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A combination of wired and wireless is the way forward, at least for now.

With the explosion of mobile devices, it makes sense that wireless networks are now a instrumental part of the business network. Workers expect to be able to bring their own device (BYOD)  into the workplace and access the corporate network in order to get their work done. With this brings challenges however, including security, control and reliability. With a wired LAN , speeds are high and predictable, as well, you are able to decide who and what gets online. You are able to ensure that non-business activities are limited and will not interfere with critical business work. Wireless networks (WLAN) on the other hand, offer many important benefits. A new employee may be set up quickly and easily without the need of physically connecting them. It also allows for the freedom of moving throughout the workplace unimpeded and easy collaboration.These benefits though also cause huge headaches for the IT department from a security point of view. Security threats to the corporate network via a compromised device is one issue. If the mobile or tablet is owned by the business, security is obviously easier to take care of – but employee-owned devices are another question, as most are not protected. Another issue is the range offered by wireless access points. Not only can these be limited in terms of how far the signal travels but the signal can also fade the further away from it you are. This means to ensure full, reliable coverage across a building, a business must install plenty of access points, including proper controller software that will manage not only access rights but also permit roaming seamlessly throughout the office. A combination of wired and wireless is the way forward, at least for now. That way a business can satisfy the needs of its mobile workers and ensure all security, control and reliability requirements are met. These benefits though also cause huge headaches for the IT department from a security point of view. Security threats to the corporate network via a compromised device is one issue. If the mobile or tablet is owned by the business, security is obviously easier to take care of – but employee-owned devices are another question, as most are not protected. Another issue is the range offered by wireless access points. Not only can these be limited in terms of how far the signal travels but the signal can also fade the further away from it you are. This means to ensure full, reliable coverage across a building, a business must install plenty of access points, including proper controller software that will manage not only access rights but also permit roaming seamlessly throughout the office. A combination of wired and wireless is the way forward, at least for now. That way a business can satisfy the needs of its mobile workers and ensure all security, control and reliability requirements are met.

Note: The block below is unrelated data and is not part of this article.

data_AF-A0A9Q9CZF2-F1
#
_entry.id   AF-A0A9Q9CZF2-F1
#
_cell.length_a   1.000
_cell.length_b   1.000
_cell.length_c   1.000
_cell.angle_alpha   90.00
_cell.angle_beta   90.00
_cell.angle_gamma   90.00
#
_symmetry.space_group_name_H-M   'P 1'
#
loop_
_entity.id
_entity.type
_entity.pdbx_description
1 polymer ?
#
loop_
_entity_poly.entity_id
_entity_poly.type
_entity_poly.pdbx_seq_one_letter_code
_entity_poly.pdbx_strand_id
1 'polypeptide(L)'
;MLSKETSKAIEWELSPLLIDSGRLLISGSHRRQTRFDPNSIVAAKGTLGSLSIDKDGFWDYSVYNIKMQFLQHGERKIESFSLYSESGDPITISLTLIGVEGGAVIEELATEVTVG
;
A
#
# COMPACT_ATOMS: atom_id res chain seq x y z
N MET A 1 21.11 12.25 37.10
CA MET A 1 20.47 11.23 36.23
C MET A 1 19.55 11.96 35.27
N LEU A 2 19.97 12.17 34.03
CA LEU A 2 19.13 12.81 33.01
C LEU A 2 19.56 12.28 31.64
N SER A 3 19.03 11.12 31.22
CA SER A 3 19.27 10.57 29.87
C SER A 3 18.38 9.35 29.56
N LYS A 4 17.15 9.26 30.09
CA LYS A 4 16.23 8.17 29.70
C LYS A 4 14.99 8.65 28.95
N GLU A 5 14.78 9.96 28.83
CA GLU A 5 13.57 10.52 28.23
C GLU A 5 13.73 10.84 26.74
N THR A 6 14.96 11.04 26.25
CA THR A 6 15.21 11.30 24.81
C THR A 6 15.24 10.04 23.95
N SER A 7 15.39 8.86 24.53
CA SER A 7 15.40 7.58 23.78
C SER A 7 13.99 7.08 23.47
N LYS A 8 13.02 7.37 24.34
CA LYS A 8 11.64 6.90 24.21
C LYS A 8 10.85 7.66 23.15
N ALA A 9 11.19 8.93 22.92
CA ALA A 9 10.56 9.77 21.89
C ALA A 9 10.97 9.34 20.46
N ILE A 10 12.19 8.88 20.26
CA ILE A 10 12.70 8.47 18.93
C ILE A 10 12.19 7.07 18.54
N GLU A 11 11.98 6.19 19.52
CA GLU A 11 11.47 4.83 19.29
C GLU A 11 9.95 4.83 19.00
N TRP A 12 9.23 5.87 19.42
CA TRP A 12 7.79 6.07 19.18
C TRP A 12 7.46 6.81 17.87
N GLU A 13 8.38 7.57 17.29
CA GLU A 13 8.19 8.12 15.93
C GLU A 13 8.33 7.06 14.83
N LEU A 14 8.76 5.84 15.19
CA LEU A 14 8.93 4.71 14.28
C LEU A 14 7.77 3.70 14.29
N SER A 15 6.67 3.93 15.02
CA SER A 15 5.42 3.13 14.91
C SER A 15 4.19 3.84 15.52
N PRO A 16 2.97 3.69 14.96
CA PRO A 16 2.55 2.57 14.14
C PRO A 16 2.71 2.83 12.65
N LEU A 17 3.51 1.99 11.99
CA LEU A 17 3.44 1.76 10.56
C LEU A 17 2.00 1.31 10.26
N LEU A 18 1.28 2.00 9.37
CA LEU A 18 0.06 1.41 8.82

Wired-wireless